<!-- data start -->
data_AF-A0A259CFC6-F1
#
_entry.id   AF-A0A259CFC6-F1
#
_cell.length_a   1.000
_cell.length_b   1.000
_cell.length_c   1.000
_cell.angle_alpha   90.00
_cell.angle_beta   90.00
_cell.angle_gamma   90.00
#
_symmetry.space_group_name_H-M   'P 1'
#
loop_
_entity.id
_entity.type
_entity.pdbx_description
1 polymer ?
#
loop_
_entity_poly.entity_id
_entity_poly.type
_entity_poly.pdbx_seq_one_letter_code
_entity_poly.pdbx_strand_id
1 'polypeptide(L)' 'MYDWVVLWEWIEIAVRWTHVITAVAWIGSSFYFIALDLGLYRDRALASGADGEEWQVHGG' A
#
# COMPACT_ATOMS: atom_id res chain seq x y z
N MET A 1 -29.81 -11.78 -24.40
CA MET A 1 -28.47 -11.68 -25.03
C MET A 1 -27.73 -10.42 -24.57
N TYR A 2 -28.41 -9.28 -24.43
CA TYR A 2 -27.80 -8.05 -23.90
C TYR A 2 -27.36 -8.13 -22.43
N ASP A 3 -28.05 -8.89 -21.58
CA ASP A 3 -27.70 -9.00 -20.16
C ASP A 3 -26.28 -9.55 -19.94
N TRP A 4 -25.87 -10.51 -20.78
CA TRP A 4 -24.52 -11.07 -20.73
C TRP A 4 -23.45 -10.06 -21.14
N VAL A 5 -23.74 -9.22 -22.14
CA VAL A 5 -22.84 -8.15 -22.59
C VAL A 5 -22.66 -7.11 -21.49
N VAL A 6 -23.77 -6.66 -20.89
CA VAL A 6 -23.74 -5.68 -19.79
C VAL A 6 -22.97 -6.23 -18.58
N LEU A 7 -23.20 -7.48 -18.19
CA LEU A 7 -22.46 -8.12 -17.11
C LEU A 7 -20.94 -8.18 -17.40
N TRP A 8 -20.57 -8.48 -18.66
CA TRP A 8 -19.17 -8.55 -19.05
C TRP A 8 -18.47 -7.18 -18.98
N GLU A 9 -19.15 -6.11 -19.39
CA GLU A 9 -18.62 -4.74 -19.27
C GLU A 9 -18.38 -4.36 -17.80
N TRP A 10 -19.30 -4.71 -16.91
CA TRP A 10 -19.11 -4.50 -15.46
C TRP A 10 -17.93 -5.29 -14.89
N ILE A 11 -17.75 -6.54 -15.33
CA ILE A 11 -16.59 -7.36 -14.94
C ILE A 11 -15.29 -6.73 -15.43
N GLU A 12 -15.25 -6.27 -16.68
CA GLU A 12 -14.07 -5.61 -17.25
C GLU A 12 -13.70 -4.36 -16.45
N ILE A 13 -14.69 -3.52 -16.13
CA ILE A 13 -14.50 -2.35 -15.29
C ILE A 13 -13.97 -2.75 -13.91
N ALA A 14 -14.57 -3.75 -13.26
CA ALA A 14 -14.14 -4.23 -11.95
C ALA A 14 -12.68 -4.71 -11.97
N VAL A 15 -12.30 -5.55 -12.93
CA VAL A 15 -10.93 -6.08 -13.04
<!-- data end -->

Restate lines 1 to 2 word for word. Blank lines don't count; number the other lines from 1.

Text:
data_AF-A0A259CFC6-F1
#